Whenever Marash Girl played Backgammon (Tavlu) ardently hoping to win, she would invariably lose.  Because of her loss, a visiting uncle always comforted her with these words:  "Lucky in love, unlucky in games." Or was it,  "Lucky in games, unlucky in love."  (Either way, the poetry of the comforting words sounded a lot better in Armenian.) Whichever way that expression went, here's the wisdom that Marash Girl gleaned from those "comforting" words . . . "Be careful what you wish for!"

Thursday, February 9, 2012

The Golden Songbook and Old Time Radio

Recently going through a box of old books, Marash Girl came upon this book which dredged up so many wonderful memories.  As very young girls, Marash Girl and her cousin Pauline would listen faithfully to Voltarine Block's radio program, "The Children's Songbag".  One week they decided to send in postcard naming the mystery song for that week.  Their postcard was drawn; the won the above book -- the only thing they ever on -- long enjoyed, but when long forgotten, provided great pleasure for scribbling to the kids who came later.

Back cover reminiscent of Miss Irene Forte, long time violin teacher at the All Newton Music School, Newtonville, Massachusetts

  Inscription reads "To Bethel and Pauline Bilezikian from Voltairine Block with every good wish.  Musical guessing game played on Saturday, July 31, 1948"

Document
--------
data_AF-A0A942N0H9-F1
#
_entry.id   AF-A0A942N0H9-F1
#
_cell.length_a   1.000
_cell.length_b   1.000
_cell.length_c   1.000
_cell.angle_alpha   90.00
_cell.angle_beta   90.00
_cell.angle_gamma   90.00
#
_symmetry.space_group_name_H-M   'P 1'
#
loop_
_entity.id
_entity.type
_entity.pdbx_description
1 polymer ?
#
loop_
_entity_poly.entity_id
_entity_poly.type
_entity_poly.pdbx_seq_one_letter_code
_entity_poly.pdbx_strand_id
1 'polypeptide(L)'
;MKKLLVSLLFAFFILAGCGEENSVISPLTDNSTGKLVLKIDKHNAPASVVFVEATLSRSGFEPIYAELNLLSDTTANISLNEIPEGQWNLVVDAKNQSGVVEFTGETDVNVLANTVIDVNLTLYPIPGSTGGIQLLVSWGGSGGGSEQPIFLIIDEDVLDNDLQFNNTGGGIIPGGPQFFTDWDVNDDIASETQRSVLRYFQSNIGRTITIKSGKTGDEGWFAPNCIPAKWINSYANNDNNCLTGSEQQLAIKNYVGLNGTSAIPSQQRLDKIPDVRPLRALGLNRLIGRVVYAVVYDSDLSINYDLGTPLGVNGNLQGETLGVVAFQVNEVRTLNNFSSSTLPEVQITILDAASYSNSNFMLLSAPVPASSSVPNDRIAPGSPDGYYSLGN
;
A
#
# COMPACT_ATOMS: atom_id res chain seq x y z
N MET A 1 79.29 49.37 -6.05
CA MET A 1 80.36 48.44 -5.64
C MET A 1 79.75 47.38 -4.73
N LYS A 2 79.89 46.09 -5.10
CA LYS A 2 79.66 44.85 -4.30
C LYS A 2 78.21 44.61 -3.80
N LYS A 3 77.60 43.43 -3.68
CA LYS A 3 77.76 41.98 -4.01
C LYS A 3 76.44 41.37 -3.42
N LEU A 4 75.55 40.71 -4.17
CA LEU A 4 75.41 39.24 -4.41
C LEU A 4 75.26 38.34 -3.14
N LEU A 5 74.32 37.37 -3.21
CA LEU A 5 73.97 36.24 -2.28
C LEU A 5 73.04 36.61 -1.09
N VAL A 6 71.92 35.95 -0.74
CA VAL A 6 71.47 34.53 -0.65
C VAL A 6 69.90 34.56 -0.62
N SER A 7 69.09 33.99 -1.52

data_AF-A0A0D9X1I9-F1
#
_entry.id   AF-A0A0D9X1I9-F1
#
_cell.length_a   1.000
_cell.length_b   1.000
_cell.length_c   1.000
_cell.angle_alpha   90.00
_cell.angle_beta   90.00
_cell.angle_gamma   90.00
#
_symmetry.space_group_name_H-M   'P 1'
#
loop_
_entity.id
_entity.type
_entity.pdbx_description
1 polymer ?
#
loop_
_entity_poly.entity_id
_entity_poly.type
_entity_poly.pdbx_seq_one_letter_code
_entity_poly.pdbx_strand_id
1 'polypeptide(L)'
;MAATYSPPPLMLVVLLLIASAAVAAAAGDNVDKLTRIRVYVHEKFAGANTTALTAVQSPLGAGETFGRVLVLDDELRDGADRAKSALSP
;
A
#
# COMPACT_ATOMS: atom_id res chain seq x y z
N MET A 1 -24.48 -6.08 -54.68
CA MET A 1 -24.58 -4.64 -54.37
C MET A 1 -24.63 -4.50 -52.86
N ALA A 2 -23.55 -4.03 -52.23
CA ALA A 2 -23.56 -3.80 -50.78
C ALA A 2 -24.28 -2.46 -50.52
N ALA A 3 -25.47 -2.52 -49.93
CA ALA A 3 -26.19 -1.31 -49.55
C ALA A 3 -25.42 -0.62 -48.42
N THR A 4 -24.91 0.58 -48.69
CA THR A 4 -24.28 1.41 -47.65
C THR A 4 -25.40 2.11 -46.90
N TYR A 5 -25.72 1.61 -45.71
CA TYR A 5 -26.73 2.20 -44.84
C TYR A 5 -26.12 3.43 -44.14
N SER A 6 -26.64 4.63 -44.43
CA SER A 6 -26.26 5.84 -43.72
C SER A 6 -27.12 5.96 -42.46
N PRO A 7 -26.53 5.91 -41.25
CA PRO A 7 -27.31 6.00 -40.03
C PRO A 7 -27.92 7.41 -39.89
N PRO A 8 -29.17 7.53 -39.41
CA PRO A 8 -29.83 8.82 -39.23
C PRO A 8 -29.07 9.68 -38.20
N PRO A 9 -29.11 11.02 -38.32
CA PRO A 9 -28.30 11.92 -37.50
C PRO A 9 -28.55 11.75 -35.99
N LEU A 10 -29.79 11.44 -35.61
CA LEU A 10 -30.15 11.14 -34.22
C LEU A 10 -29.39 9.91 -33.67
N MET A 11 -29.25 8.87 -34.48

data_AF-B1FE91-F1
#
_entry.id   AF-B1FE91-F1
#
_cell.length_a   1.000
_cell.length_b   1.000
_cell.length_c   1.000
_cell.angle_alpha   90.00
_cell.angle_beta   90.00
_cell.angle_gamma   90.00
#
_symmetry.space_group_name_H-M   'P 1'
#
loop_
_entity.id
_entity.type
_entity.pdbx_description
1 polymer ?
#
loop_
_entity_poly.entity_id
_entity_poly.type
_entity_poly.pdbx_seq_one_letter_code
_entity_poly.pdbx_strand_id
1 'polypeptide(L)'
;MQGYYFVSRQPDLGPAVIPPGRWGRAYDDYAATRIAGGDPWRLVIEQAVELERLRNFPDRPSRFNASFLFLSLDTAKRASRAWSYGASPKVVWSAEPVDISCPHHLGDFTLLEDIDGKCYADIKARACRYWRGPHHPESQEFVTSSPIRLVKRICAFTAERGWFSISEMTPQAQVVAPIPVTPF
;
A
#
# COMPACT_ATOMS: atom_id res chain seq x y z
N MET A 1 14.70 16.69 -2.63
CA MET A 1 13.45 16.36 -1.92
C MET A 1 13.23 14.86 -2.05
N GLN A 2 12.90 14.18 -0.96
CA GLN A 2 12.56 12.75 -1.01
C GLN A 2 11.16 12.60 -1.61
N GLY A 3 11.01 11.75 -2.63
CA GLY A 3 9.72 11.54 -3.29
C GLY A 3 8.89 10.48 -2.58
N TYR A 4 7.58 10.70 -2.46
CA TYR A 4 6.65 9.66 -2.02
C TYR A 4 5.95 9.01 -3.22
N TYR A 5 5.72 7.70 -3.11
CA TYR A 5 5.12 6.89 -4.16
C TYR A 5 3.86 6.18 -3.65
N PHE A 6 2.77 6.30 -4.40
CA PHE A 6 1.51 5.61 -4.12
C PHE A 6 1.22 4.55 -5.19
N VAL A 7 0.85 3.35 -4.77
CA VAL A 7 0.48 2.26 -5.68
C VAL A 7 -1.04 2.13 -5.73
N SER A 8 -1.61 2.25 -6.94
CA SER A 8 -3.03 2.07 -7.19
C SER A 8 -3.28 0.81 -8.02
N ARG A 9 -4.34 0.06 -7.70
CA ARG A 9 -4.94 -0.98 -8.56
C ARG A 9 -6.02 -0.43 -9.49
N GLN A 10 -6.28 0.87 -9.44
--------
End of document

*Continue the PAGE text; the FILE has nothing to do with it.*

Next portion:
Title page reminiscent of daily piano practicing for all the girls at 474/476 Lowell Avenue, Newtonville, Massachusetts

Wednesday, February 8, 2012

New England Patriots, Sunday, February 5, 2012

"We learn more from our losses than from our wins." . . .  Peter Koutoujian, Sheriff, Middlesex County, Massachusetts

Although Sheriff Koutoujian was referring to political campaigns, Marash Girl offers his words as comfort to those of us who were rooting for the New England Patriots in the Superbowl game on Sunday, February 5, 2012.

Tuesday, February 7, 2012

Nightmares in the New World: Another Tale for Taraf

Interesting about fear and nightmares.  They often occur after the experience  of horror is long past.  (Is the contemporary name for this post-traumetic stress, perhaps?)  

Dad said he never feared for anything during those years filled with horror, the years of the Armenian Genocide, the Genocide he and his mother and brother and sisters had miraculously survived.  It was not until he was safely ensconced in the United States (see Marash Girl, Feb. 1, A Tale for Taraf) that he started having the nightmares, Turks pulling out his teeth, Turks pulling out his fingernails, and more which he dared not mention to his young daughter.  Nightly he woke up in a sweat, screaming in his bedroom in Brighton, Massachusetts.  He dreamed dreams of horror night after night, until one evening, his mother came into his room, and asked him to kneel down by his bedside and ask the Lord to take away those nightmares.  He goes on.  "I knelt down next to my bed and I cried out to God, asking God to save me from those nightmares, to take them away; with every inch of my being I prayed my prayer."  "Did you ever have another nightmare, Dad?"  "Never," was his answer.  "Never."

Monday, February 6, 2012

Walter Reed Hospital's Banning of the Bible in November, 2011